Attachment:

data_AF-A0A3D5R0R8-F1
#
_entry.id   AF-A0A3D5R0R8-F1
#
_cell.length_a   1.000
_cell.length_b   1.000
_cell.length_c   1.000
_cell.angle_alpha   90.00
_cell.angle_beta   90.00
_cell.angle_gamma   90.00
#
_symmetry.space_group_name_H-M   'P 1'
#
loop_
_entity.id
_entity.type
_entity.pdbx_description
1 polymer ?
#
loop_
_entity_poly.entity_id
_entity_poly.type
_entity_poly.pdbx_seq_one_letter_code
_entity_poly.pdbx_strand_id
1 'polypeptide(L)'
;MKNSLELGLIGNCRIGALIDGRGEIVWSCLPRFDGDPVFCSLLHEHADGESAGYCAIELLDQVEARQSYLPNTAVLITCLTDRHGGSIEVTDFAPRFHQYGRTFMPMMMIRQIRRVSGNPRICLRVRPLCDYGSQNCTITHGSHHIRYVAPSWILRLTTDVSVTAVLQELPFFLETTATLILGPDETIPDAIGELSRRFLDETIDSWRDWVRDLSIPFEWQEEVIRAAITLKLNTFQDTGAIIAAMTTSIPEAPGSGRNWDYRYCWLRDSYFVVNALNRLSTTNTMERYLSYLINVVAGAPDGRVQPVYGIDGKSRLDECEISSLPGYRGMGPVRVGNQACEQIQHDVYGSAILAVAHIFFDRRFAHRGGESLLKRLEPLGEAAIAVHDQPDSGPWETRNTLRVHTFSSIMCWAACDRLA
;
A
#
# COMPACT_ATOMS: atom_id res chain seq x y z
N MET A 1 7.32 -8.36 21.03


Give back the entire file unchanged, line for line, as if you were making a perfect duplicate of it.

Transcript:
data_AF-A0A3D5R0R8-F1
#
_entry.id   AF-A0A3D5R0R8-F1
#
_cell.length_a   1.000
_cell.length_b   1.000
_cell.length_c   1.000
_cell.angle_alpha   90.00
_cell.angle_beta   90.00
_cell.angle_gamma   90.00
#
_symmetry.space_group_name_H-M   'P 1'
#
loop_
_entity.id
_entity.type
_entity.pdbx_description
1 polymer ?
#
loop_
_entity_poly.entity_id
_entity_poly.type
_entity_poly.pdbx_seq_one_letter_code
_entity_poly.pdbx_strand_id
1 'polypeptide(L)'
;MKNSLELGLIGNCRIGALIDGRGEIVWSCLPRFDGDPVFCSLLHEHADGESAGYCAIELLDQVEARQSYLPNTAVLITCLTDRHGGSIEVTDFAPRFHQYGRTFMPMMMIRQIRRVSGNPRICLRVRPLCDYGSQNCTITHGSHHIRYVAPSWILRLTTDVSVTAVLQELPFFLETTATLILGPDETIPDAIGELSRRFLDETIDSWRDWVRDLSIPFEWQEEVIRAAITLKLNTFQDTGAIIAAMTTSIPEAPGSGRNWDYRYCWLRDSYFVVNALNRLSTTNTMERYLSYLINVVAGAPDGRVQPVYGIDGKSRLDECEISSLPGYRGMGPVRVGNQACEQIQHDVYGSAILAVAHIFFDRRFAHRGGESLLKRLEPLGEAAIAVHDQPDSGPWETRNTLRVHTFSSIMCWAACDRLA
;
A
#
# COMPACT_ATOMS: atom_id res chain seq x y z
N MET A 1 7.32 -8.36 21.03